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Our readers talk back.


Porter Running Against Carter

Dear Editor,

In the article entitled "Which Austin Congressman?" [News, April 16] Mr. Mike Clark-Madison states that incumbent Congressman John Carter is unopposed. This is not true. Jon Porter has filed and is running in that district as a Democrat for that seat. I realize that the district was drawn to elect a Republican, and that defeating an incumbent is difficult, but at least Mr. Porter's existence deserves to be acknowledged, don't you think?

Thank you, Amy Foster

Belton

[News Editor Michael King responds: We regret the error, and thank Amy Foster for the sharp eyes and the quick correction.]


Clark-Madison Hoodwinked

Dear Editor,

In your April 2 article on the Historic Task Force ["New Rules for Old Buildings: The Historic Task Force," News], Mike Clark-Madison mistakenly includes "three houses on West Lynn in Old West Austin" in a group of high profile cases in which "neighbors have rather openly sought historic designation as a land-use planning tool, against the wishes of owners seeking to demolish the structures and build new (and larger) projects in their place." While this was mentioned by one or two individuals over the course of this four month process, the fact is that extensive research, evidence, and expert testimony over that time led to the inescapable conclusion that these three small houses are rare "Section" houses built by the International & Great Northern Railway in the latter part of the 19th century to house the workers who built and ran the railway. Everyone agreed that they met many of the current 13 Historic Criteria; the question was how many.

While reasonable people can debate the wisdom of saving such historic structures owned by people who do not wish to keep them, Clark-Madison bought hook, line, and sinker the developer's erroneous argument that their historic preservation was an irrelevant effort to stop his development. The neighborhood's commitment to preserve them as historic structures is evidenced by our efforts to research their history, raise funds, find a suitable location to move them to, and ultimately to restore them.

Our city, state, and country are the poorer for losing these buildings that link our neighborhood to its industrial past. They were demolished today. In these difficult economic times, historic preservation faces an uphill battle. Your blanket mischaracterization of serious attempts to preserve Austin's historic buildings only makes it harder. We expect more from you.

Steve Colburn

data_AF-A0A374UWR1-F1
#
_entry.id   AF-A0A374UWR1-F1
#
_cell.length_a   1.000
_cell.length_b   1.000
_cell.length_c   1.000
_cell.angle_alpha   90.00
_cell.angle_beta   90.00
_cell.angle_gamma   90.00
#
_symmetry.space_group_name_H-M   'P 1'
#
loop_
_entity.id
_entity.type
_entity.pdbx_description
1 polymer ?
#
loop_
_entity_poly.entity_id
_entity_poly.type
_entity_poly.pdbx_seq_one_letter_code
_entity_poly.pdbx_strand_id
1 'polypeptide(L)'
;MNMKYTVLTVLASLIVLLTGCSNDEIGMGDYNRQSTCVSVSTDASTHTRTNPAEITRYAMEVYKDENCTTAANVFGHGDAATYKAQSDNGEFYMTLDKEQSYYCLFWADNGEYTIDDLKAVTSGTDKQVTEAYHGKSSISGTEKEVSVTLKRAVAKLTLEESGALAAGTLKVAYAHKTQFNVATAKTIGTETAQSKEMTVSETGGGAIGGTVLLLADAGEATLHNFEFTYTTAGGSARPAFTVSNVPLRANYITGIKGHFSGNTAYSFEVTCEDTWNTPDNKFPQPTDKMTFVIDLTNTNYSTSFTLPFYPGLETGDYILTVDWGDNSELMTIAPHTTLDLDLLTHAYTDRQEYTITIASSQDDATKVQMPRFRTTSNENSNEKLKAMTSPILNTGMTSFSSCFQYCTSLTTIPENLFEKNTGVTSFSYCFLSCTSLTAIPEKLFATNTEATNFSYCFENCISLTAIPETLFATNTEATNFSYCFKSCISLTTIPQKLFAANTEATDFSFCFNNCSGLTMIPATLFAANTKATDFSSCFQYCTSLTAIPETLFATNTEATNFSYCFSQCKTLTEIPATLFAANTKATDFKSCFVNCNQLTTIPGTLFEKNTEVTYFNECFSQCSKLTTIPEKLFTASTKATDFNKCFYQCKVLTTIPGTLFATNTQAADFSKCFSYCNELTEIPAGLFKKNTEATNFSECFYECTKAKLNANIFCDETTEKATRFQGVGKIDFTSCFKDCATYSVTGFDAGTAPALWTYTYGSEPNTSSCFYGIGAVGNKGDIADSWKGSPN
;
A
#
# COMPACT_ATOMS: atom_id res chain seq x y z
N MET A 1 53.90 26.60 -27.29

Former City Officer Comments

Dear Editor,

As the former city of Austin historic preservation officer, I would like to add my perspective to the City Council-appointed Historic Preservation Task Force recommendations discussed in Mike Clark-Madison's April 2 article ["New Rules for Old Buildings: The Historic Task Force," News]. When I left Austin in 2002, it was certain that the city historic preservation program was heading for a crisis. Established in 1974, the program had hardly been updated since. The original ordinance did not readily accommodate local historic district overlay zoning, instead relying heavily on a "courtesy" but unbinding review of building permits for areas listed on the National Register of Historic Places. Without local historic districts as an option and a more binding design review process, the city has not been able to protect valued historic neighborhoods (even those in the National Register) in any meaningful way.

Austin is the only major city in the country that I am aware of that does not have local historic district overlay zoning. Phoenix – where I am now the city historic preservation officer – has 36 local historic districts. And by the way, most cities do not require a petition of 50% or more of the residents of an area to initiate a historic district zoning process. These cities instead initiate proceedings for qualified neighborhoods based on grassroots support and rely on their normal zoning requirements to "fine tune" the boundaries. A 50% petition requirement would not be in step with what other cities have learned elsewhere in the U.S. with much more successful programs. I would also encourage the city to establish a streamlined mechanism to confer local historic designation on existing National Register Historic Districts in Austin, and to phase out the outdated courtesy review process currently in place for National Register Historic Districts.